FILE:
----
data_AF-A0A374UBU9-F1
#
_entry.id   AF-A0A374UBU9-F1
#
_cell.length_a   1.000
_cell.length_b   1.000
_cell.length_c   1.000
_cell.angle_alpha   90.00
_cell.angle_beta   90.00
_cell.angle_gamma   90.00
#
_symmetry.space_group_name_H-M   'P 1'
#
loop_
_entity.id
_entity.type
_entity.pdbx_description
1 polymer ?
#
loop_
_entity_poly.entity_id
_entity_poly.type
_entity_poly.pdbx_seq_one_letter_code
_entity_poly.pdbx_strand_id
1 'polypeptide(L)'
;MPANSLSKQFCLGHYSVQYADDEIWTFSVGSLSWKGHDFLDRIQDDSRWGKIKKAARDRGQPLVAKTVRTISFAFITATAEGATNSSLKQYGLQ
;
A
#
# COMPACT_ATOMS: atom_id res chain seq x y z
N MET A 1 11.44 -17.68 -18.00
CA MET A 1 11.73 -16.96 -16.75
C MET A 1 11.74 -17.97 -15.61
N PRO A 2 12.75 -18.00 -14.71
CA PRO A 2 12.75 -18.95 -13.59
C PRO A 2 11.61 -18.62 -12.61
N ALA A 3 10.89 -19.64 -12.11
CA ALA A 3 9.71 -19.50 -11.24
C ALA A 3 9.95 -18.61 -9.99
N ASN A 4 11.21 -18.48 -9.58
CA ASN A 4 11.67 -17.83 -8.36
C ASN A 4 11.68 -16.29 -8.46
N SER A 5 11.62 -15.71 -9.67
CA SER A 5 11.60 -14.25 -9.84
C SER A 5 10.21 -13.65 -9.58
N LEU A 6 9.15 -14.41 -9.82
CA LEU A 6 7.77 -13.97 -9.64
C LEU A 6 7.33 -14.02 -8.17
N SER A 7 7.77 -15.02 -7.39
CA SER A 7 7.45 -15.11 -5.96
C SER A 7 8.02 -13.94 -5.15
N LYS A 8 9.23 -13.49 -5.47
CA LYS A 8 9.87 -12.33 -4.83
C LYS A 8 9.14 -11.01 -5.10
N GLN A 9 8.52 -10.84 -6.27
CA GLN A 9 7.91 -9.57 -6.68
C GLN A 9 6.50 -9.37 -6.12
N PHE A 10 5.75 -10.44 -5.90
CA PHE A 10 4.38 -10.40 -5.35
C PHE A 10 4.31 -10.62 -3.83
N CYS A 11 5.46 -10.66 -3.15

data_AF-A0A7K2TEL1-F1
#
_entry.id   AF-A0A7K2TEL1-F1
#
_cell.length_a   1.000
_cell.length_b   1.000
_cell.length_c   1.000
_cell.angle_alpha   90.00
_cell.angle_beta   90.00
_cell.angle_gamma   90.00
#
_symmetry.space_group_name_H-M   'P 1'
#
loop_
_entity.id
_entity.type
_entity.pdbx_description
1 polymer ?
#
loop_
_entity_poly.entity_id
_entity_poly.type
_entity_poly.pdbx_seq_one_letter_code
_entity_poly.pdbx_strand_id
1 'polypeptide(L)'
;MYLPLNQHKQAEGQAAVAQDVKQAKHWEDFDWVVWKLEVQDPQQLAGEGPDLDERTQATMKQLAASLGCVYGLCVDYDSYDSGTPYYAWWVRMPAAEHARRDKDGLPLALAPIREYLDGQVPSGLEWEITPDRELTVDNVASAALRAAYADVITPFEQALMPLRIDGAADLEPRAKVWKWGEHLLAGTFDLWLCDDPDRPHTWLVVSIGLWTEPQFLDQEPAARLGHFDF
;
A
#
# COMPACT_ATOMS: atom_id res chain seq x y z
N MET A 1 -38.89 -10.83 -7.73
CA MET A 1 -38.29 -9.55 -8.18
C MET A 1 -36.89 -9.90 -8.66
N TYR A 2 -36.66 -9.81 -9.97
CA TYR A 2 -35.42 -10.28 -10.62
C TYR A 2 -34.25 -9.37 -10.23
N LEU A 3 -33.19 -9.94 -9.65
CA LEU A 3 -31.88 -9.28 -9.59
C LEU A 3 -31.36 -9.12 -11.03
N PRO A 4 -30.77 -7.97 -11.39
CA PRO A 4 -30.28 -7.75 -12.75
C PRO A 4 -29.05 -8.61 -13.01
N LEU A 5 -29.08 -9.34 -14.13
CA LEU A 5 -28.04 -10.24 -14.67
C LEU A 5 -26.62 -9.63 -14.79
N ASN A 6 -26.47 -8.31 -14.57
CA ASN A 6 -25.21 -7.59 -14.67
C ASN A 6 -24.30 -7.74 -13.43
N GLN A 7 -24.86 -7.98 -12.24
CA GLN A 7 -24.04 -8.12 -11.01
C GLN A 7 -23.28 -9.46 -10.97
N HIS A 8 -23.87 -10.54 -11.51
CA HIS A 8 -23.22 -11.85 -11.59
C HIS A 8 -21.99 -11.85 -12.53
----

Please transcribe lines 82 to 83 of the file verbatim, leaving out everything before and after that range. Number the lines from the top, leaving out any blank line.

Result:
_entity_poly.entity_id
_entity_poly.type